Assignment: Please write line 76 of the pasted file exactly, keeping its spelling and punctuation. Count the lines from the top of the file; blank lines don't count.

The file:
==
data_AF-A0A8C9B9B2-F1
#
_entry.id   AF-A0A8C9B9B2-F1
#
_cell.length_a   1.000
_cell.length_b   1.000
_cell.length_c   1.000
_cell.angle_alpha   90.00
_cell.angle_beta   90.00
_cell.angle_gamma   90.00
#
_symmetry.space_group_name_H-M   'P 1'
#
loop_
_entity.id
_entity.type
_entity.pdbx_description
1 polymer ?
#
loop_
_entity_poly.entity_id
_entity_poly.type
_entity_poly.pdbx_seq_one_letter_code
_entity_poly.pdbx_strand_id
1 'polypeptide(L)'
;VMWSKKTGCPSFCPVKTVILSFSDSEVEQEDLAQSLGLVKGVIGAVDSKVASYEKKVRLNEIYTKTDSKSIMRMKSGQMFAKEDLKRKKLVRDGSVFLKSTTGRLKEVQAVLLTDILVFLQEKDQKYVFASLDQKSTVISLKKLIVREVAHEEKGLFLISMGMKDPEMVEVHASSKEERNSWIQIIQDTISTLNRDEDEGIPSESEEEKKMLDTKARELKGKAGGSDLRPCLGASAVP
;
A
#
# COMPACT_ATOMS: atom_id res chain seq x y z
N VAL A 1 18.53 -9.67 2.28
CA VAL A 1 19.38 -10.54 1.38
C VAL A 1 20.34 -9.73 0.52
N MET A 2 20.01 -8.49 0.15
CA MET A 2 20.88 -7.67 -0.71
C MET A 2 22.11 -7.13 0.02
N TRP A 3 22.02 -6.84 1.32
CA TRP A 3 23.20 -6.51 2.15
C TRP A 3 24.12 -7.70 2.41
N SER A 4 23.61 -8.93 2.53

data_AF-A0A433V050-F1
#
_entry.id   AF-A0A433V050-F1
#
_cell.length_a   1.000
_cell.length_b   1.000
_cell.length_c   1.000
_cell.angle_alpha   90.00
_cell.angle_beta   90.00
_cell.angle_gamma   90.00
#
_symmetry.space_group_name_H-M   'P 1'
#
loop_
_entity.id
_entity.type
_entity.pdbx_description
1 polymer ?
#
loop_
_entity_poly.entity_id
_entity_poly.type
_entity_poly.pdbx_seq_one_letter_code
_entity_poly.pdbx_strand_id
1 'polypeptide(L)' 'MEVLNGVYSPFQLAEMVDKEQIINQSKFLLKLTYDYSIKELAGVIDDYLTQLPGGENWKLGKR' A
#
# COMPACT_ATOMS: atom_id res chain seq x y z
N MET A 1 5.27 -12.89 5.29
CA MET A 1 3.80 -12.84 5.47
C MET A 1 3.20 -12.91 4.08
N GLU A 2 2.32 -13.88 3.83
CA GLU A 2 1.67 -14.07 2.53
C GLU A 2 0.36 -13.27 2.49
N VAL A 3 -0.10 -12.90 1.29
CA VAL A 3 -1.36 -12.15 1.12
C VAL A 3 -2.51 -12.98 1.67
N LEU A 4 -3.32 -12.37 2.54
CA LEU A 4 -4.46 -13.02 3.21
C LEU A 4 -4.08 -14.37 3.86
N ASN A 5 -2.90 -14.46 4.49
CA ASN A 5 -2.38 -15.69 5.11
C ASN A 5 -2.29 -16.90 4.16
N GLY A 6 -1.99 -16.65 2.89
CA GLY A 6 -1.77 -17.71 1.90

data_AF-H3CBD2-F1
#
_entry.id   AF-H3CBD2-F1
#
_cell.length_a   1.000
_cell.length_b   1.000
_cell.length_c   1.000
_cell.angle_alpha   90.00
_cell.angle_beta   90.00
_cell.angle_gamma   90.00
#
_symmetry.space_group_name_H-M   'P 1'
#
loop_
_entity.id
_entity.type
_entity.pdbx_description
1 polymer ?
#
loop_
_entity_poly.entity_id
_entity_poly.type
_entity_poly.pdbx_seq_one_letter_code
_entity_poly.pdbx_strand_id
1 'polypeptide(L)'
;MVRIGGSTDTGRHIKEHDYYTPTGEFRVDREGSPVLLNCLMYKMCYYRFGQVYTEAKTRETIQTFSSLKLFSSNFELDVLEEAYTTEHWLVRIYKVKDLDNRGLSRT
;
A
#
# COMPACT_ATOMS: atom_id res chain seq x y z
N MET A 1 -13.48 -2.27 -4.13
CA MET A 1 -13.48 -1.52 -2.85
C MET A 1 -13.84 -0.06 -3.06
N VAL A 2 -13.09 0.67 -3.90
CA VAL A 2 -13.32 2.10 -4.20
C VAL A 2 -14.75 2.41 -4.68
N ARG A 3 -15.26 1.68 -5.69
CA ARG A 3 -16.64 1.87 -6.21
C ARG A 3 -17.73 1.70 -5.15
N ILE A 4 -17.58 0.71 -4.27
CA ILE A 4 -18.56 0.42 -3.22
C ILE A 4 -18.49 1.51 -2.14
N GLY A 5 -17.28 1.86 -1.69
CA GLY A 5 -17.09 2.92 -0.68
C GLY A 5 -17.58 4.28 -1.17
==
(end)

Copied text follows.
C VAL A 3 -2.51 -12.98 1.67